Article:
This is another typically fun and speedy Ignite presentation: 1 speaker, 5 minutes, 20 slides auto-advancing every 15 seconds, whether the speaker keeps up or not. Thanks to my friend Sara Winge at O'Reilly Media, the home of Ignite, for the heads up on the video.


This story first appeared at Miller-McCune. is an acclaimed Web site that combines thousands of media reviews of entertainment offerings — movies, games, books and albums — into a Metascore, a sort of weighted average of critics' reviews that ranges from zero to 100. Analysis of just a small subset of the site's information shows the power of numbers to confirm — or defy — expectation.

The Actors
The colored horizontal bars on this chart present a graphical representation of the distribution of scores given to movies in which each of the listed actors appear. The numbers inside the bars represent the average of review scores for those movies; the actors listed are the top 50 and the bottom 10, in terms of those averages. Note that the reviews are primarily from the last decade; no consideration is given to the magnitude of the actor's role; and a high average rating could indicate acting skill, the ability to pick good projects (or good trilogies), reviewer bias or just luck. To the extent that the ordering of the actors appears generally reasonable, some unexpected placements may inspire a rethinking of subjective assessments (or, in the case of Viggo Mortensen's rating above Clint Eastwood, a good long laugh).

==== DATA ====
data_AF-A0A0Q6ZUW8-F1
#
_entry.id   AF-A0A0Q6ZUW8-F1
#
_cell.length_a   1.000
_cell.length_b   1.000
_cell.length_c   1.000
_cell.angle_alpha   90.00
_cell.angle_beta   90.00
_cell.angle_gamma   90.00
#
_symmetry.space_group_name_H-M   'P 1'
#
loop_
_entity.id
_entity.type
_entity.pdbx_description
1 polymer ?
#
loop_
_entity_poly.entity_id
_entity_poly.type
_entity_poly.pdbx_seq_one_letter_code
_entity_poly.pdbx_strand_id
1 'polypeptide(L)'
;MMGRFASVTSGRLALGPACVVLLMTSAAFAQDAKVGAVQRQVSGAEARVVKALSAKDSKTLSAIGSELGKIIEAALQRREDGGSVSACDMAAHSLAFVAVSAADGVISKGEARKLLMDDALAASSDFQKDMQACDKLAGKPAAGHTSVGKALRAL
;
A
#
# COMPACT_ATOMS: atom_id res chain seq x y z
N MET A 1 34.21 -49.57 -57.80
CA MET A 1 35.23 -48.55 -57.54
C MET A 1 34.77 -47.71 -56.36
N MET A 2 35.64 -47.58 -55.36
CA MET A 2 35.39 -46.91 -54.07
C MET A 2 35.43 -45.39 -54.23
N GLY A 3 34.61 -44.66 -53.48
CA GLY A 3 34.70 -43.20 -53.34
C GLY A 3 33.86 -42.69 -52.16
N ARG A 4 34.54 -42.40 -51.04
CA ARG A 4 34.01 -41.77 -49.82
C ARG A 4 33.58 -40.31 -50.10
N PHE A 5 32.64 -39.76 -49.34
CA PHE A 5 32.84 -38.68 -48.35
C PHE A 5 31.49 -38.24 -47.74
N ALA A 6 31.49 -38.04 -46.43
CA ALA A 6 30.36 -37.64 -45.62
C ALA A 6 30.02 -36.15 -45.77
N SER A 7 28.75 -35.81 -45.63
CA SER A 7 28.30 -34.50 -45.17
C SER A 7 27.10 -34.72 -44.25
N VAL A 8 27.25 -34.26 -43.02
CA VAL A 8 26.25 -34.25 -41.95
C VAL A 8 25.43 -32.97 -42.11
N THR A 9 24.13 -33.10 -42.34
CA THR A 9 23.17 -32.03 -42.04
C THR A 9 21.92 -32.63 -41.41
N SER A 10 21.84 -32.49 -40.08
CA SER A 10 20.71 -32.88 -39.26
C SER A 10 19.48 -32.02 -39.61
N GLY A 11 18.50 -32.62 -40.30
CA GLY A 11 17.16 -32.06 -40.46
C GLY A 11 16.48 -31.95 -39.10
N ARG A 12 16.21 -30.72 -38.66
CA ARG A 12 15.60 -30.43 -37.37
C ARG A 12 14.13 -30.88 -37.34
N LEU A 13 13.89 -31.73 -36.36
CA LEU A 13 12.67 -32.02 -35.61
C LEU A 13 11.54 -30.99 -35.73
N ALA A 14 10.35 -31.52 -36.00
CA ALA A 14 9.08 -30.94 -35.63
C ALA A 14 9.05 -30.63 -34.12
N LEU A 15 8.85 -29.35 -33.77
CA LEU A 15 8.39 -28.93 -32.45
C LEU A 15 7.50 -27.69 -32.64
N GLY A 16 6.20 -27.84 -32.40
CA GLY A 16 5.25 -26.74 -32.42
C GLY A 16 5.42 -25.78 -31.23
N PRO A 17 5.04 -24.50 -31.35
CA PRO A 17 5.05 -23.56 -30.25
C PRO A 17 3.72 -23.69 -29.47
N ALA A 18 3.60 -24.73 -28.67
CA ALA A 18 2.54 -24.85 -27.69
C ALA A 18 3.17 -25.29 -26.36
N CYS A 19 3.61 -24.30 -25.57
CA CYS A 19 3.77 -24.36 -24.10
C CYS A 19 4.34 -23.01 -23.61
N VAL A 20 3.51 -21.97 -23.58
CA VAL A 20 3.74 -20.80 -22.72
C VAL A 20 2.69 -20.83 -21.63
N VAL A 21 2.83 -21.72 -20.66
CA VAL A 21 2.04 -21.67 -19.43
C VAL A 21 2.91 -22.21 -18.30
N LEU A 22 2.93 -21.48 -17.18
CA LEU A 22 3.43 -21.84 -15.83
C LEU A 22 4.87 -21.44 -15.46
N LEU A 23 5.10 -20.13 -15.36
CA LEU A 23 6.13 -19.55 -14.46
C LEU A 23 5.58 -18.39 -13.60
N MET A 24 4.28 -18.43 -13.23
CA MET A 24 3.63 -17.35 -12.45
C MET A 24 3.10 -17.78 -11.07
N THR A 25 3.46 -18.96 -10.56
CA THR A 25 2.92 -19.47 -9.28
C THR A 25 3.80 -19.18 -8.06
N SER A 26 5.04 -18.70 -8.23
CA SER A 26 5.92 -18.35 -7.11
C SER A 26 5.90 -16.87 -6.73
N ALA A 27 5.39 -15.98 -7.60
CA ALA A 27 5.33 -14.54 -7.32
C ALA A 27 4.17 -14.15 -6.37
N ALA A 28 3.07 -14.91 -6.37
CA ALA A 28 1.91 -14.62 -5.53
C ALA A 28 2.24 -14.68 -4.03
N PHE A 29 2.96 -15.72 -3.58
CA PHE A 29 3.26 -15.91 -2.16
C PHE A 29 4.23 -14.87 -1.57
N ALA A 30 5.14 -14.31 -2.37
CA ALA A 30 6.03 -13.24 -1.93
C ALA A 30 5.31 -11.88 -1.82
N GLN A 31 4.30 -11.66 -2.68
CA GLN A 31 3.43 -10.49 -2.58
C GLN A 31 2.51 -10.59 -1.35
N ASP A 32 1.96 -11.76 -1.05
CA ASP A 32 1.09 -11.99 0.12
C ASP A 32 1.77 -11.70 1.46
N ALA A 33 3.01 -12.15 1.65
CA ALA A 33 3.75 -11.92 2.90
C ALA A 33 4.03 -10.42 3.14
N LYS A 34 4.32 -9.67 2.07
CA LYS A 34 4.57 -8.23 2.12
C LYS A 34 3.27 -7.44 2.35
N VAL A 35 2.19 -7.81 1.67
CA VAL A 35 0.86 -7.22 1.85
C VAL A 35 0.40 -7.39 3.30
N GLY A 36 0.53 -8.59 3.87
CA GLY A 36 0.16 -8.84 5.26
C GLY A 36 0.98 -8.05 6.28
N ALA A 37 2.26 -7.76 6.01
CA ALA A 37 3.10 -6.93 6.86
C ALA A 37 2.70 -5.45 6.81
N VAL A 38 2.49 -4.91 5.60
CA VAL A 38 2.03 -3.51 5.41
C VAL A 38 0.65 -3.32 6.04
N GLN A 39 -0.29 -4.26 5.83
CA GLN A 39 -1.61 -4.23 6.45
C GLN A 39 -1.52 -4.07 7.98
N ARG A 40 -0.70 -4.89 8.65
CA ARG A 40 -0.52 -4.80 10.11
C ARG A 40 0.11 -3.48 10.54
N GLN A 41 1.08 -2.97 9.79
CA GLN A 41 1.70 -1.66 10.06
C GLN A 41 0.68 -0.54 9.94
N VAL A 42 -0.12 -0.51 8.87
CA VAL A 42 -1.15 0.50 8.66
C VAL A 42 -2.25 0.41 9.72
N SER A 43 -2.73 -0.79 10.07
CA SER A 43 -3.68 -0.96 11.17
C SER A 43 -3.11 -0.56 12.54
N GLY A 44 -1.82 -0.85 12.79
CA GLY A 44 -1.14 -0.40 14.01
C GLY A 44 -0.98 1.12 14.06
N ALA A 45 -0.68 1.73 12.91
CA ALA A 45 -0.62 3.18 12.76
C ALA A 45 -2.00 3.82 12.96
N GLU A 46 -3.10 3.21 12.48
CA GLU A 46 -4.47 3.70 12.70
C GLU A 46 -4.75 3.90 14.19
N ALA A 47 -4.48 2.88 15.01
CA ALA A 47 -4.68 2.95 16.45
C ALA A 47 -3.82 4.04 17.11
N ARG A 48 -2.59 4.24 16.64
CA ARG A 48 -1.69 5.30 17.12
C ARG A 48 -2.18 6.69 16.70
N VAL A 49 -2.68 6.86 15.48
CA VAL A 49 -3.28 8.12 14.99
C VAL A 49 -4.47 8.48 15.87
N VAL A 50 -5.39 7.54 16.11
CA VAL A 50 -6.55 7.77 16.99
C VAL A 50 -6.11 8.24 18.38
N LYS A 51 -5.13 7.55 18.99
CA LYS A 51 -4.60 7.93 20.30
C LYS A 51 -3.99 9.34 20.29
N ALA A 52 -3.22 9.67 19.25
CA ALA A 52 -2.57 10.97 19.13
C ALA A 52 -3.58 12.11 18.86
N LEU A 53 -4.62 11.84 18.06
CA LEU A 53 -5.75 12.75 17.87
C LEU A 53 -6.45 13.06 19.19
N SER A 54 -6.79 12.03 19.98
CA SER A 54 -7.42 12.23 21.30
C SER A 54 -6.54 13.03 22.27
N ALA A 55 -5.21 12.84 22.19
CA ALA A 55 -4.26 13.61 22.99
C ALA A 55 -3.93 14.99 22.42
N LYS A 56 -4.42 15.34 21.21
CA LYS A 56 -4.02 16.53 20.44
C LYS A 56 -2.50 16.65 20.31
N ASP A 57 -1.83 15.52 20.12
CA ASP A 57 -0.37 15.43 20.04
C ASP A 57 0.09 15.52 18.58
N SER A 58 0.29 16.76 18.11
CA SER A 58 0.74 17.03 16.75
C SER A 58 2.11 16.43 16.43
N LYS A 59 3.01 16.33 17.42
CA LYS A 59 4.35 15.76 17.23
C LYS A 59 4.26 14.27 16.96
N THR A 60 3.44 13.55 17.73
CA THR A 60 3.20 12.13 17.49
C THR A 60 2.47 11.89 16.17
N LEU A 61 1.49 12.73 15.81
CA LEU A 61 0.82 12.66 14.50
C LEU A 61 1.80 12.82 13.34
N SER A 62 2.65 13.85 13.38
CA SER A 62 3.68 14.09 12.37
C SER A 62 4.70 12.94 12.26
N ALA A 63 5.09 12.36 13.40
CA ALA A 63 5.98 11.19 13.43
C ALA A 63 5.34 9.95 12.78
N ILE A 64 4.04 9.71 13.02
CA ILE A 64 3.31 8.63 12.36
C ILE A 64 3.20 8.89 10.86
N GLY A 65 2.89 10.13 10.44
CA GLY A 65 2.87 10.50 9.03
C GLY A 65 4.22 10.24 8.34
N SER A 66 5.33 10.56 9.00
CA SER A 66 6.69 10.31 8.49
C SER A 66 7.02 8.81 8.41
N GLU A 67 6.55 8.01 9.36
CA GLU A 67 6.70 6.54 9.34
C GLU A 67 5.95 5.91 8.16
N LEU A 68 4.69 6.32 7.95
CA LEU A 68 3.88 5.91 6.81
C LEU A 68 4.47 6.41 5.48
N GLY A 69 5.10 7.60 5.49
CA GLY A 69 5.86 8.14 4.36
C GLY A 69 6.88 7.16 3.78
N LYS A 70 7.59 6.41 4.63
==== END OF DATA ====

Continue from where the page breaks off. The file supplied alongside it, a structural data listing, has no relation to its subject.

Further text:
The Critics
This scatterplot shows 25 prolific movie critics in terms of the favorability with which they rate films, and the degree to which their reviews tend to agree with those of other critics, scaled to reflect their volume of reviews written. If you want to get a sense of the zeitgeist but can only read one review, you might prefer Rene Rodriguez, whose low standard deviation from the mean review score makes him very nearly a living critical average. If you are interested in an alternative perspective, Mick LaSalle's high standard deviation places him further from the critical pack than any of these peers. Reviews from both Michael Wilmington and Marc Savlov are so regularly and respectively positive and negative that they should perhaps be taken with a grain of salt.

The Movies
A "smoothed" plot of movie scores over time is depicted, highlighting the expected seasonal peaks in mid-summer and at the end of the year, along with the mid-winter and early autumn doldrums. Also listed are some of the more influential movies of their eras, in terms of number of reviews, along with their mean scores. Might the poorly reviewed summer of 2002 be attributed to releases delayed in the wake of 9/11? Does the relative lack of troughs from 2003 to 2006 reflect a real or imagined streak of high-quality films?